LADistiller

Changing pH of wash

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I understand that most people use Calcium Carbonate to increase the pH, but what is used to do the opposite or decrease the pH?

Cheers

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Citric acid...

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Your local bulk chemical suppliers should be able to get you a 50 pound bag of USP grade citric for about 50 bucks, there is not much simpler than that.

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starting PH in our city water around 8.5. a tiny Citric addition brings us down to 6

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If I go lower in pH, it is because I want to create a little bit more taste. Lower pH enhances the formation of taste molecules (Esterification). So I do it on rum and whiskey, but not on vodka recipes. When I make (or help develop) taste rich products, like rum or whiskey, I use (or advice to use) backset. It is sour and will sour up mashing and fermentation, enhancing esterification. Since you now add backset, instead of water, to the next mash/ferment/distillation cycle, you also increase taste, you don't need (so much) yeast nutrients, and it helps you stabilize on taste output (repeatability).

In general, I aim for a much lower pH, especially while fermenting (where most taste is formed). It does not only help create more taste (and a more interesting whiskey or rum), it also helps against bacterial infections, when pH is below pH 4.8. Low pH is good against all bacterial infections ... safe lactic bacteria infection, unfortunately. I usually aim for a starting pH, while fermenting, of pH 4.8 and will see it go down to pH 3.8, depending on wash type (malts having more buffering capacity than grains having more buffering capacity than molasses).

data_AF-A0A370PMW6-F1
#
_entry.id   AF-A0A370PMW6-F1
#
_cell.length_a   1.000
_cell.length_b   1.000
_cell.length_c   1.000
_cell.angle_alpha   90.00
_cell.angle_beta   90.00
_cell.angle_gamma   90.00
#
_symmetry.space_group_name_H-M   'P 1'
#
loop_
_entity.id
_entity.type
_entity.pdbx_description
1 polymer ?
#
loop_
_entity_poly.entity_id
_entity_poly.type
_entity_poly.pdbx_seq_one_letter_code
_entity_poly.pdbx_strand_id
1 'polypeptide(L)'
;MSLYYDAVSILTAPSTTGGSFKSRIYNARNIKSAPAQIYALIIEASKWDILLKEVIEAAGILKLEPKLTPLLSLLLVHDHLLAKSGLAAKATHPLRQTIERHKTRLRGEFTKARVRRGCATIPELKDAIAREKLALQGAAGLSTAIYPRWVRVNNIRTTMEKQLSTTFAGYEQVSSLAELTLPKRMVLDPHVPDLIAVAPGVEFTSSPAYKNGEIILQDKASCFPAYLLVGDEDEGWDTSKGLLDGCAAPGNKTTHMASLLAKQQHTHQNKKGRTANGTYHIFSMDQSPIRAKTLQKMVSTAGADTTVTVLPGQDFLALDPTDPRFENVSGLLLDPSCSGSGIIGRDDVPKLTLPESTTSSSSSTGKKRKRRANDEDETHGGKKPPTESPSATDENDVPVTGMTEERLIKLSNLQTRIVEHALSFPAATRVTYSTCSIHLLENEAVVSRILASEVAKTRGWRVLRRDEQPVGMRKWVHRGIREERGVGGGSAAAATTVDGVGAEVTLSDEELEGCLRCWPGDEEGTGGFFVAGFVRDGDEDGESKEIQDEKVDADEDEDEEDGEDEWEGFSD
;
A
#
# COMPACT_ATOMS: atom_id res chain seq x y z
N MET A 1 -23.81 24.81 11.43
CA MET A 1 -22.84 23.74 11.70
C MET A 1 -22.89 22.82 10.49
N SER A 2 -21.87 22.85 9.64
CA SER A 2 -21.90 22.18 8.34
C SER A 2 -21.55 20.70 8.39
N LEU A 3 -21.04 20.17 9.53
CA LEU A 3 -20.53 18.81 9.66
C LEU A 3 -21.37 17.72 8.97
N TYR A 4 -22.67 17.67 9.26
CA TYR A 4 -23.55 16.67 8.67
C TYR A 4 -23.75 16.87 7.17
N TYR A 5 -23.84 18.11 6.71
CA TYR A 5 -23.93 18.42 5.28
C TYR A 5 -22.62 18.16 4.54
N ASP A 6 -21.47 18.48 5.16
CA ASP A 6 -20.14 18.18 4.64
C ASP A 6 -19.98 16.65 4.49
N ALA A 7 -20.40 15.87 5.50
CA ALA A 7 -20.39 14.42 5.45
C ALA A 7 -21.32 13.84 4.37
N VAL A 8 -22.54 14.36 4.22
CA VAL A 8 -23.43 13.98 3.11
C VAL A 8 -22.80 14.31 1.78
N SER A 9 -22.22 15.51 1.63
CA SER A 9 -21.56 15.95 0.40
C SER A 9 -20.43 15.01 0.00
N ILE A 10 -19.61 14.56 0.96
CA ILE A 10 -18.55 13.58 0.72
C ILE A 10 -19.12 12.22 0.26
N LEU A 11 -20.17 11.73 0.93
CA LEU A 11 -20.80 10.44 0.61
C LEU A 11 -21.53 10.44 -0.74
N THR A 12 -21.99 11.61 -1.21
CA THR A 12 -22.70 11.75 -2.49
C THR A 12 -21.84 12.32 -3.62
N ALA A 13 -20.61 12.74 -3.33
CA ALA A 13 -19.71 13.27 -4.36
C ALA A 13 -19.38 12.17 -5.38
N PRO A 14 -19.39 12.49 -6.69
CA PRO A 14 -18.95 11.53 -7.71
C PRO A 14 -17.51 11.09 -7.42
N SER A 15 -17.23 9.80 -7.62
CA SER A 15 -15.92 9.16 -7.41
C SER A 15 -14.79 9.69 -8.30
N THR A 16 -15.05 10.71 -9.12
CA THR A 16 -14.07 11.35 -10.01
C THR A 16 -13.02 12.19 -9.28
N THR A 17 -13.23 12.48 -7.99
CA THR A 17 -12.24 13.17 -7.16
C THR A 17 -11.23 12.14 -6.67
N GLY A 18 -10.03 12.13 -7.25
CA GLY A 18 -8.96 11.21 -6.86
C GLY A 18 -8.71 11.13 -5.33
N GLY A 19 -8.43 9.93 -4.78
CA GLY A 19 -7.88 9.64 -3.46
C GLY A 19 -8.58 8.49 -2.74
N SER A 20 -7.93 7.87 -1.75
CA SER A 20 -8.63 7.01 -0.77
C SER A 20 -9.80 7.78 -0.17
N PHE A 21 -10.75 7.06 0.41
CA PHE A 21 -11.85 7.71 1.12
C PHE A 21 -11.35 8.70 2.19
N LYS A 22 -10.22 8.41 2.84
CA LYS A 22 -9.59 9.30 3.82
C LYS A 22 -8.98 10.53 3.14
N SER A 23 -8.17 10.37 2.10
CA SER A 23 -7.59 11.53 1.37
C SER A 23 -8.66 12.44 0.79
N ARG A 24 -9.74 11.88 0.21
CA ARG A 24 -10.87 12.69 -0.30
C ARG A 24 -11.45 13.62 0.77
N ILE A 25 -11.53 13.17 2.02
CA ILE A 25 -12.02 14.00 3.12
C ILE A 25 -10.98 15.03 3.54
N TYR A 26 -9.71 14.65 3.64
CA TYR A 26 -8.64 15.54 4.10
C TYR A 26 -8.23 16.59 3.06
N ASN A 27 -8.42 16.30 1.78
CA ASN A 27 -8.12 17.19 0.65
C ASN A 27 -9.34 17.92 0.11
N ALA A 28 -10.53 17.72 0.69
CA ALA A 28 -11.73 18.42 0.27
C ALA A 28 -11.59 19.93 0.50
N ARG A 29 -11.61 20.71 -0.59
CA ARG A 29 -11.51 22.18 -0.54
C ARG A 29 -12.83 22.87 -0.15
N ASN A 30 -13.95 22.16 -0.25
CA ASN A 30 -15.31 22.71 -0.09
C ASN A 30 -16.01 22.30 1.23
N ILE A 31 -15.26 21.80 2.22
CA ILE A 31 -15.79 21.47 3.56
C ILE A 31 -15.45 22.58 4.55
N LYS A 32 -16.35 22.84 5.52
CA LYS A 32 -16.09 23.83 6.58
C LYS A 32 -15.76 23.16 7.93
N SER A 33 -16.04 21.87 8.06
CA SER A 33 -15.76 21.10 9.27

If it goes below pH 3.5, I know that next time I have to add a bit of lime to start with, so it does not get more sour than pH 3.8. I don't like it lower than that because (again, depending on sugar source) ferments tend to stall below that.

Regards, Odin.

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American tartaric and univar carry bulk.  Probably a brewers supply would too.  Most winery supply houses carry citric and Phosphoric can vary in %.

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Get a bucket with a liquid tight lid.  Weevils like to get into the citric.  Some other bugs do too. What a pain.  Nice thing about citric vs phosphoric is citric is dry.

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It really depends on your specific circumstances I think, theres so many variables. So trying to identify a source of the issue is a good idea. For small mash adjustments with H20 that began around 7 with moderate carbonate than Phosphoric is best, citric is alright. If your water is low in calcium to start with than you can use calcium sulfate or calcium chloride (or a combination) which will reduce ph some as well as adding calcium. Nothing beats backset if you are using mostly corn, but most will agree its not super manageable on a micro scale. If your water is high in carbonate to start with and you're mashing corn than I reckon it would be worth while to figure out backset.

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baking soda or koh also work to increase alkalinity.